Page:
Why I Joined Marco Rubio’s Religious Liberty Advisory Board

Many of you have heard that I have joined Senator Marco Rubio’s Religious Liberty Advisory Board. Many have congratulated me; a few have denounced me! I can imagine some readers asking, why would I join such a board for a presidential campaign? I have written often about how politics is not ultimately the answer to [Read More...]

Donald Trump and the Coming Christian Political Realignment

As Donald Trump has maintained strong leads in primary states like South Carolina, some observers like Matt Lewis have begun to speculate about what it would be like if this guy actually became president. I still believe (and fervently hope, for the sake of the republic) that Trump has no chance of becoming president, but [Read More...]

Should We Elect a Muslim President?

Ben Carson stirred up the latest Republican primary tempest this weekend when he volunteered the opinion that he “would not advocate that we put a Muslim in charge of this nation.” What should we make of this statement? First, it speaks to a pervasive religious ignorance in our political culture, of which Carson is hardly the [Read More...]

The Limits of Free Speech?

Salman Rushdie (By Kyle Cassidy via Wikimedia Commons)

The moment you limit free speech it’s not free speech. ~Salman Rushdie In the wake of the recent near attacks on the satirical cartoon contest sponsored by the American Defense Freedom Initiative self-appointed pundits have begun to talk about the “limits of free speech,” asking questions such as: is some speech so provocative that it should [Read More...]

Secularization and Scotland’s Christian Heritage

One of the most immediate differences from America one notices in the U.K. is how secularized the society is (especially compared to Texas!). Polls in Scotland suggest that even nominal adherence to Christianity, and Christian orthodoxy, is in massive decline. Although opinion data is often difficult to interpret with precision, the overall pattern seems clear. [Read More...]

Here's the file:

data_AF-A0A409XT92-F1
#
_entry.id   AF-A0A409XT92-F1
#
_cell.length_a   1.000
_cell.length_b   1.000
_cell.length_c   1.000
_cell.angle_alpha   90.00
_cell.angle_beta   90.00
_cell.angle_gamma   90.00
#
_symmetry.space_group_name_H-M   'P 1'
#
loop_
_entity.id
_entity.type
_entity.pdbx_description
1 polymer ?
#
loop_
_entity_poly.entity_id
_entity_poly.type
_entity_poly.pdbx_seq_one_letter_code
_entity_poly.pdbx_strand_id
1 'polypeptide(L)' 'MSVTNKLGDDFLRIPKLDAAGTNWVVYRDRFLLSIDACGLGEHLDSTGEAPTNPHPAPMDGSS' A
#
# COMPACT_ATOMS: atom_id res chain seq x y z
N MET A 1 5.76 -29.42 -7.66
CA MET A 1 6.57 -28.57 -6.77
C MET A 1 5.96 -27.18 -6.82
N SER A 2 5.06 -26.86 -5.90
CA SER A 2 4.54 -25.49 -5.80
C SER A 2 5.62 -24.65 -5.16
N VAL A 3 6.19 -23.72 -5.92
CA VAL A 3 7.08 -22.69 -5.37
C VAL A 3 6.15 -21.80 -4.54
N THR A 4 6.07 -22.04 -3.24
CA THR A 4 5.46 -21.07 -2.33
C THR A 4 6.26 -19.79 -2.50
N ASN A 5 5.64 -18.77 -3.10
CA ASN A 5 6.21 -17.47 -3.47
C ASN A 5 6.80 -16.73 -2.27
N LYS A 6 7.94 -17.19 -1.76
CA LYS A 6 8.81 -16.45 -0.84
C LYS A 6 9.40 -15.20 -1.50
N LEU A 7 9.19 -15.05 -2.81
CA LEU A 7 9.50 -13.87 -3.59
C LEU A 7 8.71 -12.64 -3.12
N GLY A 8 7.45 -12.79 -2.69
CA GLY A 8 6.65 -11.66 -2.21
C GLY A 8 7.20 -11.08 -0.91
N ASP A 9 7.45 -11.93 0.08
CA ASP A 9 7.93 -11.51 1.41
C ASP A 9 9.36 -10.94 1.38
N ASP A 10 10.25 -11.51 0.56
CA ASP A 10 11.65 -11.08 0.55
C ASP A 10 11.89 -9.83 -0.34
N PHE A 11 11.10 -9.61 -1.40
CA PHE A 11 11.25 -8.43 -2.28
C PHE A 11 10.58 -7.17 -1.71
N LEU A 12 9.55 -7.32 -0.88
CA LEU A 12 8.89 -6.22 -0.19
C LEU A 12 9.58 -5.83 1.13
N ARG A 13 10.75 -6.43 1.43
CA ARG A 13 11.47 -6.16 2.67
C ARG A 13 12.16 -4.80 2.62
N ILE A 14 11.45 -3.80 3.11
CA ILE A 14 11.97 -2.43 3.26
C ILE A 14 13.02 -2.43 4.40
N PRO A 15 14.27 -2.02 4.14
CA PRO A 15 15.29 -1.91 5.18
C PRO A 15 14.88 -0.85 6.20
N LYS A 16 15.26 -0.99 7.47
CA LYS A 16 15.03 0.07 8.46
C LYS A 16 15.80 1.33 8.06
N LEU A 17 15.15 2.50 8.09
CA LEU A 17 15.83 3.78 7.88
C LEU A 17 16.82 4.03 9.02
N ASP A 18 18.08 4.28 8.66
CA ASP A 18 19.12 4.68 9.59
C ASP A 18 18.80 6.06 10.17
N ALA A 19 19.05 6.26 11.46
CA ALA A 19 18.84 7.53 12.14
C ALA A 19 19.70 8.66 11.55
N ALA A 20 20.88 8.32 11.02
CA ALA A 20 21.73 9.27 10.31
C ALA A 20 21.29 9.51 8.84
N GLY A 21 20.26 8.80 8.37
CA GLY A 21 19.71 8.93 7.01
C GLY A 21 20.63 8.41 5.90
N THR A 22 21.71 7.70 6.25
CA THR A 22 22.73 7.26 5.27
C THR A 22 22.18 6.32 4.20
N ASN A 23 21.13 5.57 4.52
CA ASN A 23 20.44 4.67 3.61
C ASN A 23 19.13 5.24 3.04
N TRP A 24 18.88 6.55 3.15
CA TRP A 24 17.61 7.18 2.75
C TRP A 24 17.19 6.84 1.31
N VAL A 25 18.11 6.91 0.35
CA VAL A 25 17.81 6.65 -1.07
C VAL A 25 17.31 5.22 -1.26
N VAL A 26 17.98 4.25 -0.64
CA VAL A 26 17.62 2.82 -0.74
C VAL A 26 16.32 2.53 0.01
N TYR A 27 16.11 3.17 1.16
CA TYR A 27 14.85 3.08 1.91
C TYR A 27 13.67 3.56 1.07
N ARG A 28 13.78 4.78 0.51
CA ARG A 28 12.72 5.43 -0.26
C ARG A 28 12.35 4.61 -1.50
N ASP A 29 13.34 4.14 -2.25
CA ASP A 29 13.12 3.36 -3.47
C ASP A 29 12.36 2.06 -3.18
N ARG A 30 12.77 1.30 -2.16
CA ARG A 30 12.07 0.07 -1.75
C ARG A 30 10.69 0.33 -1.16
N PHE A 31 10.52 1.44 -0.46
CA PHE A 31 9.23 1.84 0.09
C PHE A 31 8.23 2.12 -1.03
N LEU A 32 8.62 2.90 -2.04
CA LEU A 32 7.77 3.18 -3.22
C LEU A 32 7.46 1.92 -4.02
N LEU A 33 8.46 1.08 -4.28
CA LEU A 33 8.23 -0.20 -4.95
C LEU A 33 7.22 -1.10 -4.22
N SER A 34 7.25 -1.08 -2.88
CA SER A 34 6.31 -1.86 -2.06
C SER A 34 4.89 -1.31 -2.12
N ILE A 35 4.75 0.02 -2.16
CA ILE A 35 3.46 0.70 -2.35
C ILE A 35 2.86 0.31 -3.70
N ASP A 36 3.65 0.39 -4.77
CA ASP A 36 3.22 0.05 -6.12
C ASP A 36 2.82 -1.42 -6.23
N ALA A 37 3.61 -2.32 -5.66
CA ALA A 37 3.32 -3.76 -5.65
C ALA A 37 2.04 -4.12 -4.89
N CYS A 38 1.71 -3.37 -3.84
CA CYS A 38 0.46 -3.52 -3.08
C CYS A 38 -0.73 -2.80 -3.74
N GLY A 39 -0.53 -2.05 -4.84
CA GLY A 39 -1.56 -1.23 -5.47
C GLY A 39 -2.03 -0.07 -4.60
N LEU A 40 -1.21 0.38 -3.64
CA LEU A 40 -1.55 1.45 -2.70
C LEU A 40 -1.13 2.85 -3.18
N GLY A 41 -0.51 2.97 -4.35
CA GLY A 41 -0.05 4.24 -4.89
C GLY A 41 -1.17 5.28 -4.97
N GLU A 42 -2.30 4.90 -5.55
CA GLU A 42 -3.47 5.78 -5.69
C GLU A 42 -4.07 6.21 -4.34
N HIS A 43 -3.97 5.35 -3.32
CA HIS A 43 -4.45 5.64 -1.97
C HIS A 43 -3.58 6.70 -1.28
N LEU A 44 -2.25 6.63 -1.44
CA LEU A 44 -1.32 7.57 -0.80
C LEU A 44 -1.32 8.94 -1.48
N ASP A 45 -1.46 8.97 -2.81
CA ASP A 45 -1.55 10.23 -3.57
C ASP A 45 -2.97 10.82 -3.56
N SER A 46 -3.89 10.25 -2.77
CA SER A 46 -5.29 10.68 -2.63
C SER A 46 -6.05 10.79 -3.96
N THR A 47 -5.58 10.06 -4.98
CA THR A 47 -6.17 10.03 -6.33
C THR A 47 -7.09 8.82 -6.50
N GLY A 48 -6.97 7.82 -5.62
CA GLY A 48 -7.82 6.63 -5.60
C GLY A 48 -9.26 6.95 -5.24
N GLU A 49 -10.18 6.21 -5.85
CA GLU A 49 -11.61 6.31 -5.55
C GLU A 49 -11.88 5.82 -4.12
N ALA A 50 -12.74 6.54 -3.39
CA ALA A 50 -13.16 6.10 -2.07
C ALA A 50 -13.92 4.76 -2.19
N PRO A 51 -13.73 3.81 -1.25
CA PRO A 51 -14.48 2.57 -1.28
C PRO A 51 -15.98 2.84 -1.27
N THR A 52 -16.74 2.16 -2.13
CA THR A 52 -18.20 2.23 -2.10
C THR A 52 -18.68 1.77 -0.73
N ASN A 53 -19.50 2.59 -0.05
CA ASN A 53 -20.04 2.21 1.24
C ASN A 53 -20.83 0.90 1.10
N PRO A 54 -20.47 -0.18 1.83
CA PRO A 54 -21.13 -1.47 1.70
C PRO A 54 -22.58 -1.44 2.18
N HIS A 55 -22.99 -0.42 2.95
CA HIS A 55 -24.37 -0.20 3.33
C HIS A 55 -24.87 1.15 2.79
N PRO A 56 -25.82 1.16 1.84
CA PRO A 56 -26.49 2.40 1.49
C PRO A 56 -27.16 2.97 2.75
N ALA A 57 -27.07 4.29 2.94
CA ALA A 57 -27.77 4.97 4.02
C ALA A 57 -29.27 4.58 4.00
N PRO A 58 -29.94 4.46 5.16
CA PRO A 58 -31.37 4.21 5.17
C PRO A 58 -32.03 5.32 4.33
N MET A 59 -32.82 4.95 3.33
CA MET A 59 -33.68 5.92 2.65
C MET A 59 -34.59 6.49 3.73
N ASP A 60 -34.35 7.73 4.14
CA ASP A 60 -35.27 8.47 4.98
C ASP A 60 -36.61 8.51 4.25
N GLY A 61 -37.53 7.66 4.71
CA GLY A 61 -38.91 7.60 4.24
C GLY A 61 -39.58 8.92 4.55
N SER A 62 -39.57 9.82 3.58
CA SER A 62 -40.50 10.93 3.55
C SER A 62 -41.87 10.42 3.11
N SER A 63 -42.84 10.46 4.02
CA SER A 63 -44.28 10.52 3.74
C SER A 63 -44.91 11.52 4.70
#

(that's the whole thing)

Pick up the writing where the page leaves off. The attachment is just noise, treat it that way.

An Interview with Steven Smith on Religious Liberty

I recently interviewed Steven D. Smith about his new Harvard University Press book, The Rise and Decline of American Religious Freedom. Smith is Warren Distinguished Professor of Law at the University of San Diego and Co-Executive Director of the USD Institute for Law and Religion.  [Kidd] Thanks for taking the time for an interview, Professor Smith! [Read More...]

The Quaker Contribution to Religious Liberty

As I noted in a recent post for the Ethics and Religious Liberty Commission of the Southern Baptist Convention, the Founding Fathers were quite familiar with the concept of religious exemptions from laws. In the eighteenth century, among the groups most often calling for such exemptions were the Quakers. The Quakers were pacifists who would [Read More...]

Yes, Religious Liberty is Threatened in America

Oral arguments begin today at the Supreme Court in Sebelius v. Hobby Lobby, a case precipitated by the HHS Mandate, under which corporations must provide abortifacient and contraceptive coverage to employees. This requirement, the most controversial in a host of controversial provisions under Obamacare, has elicited a host of lawsuits from a variety of religious organizations, [Read More...]

When the United Nations Did Good: Os Guinness and Religious Liberty

Baylor recently welcomed Os Guinness, one of the seminal Christian apologists of the past half-century, for a public conversation with our president, Judge Ken Starr. Guinness spoke about his new book The Global Public Square: Religious Freedom and the Making of a World Safe for Diversity. [Video of the event is available here.] Guinness offers a [Read More...]

“Look For a Building With a Cross On It”: Escaping North Korea

Melanie Kirkpatrick’s disturbing yet riveting Escape from North Korea: The Untold Story of Asia’s Underground Railroad tells a story the desperate souls who try to flee totalitarian North Korea, and the few who make it. Those who succeed often receive aid from Christians, both Asians and westerners, who are courageous laborers in what Kirkpatrick describes as [Read More...]


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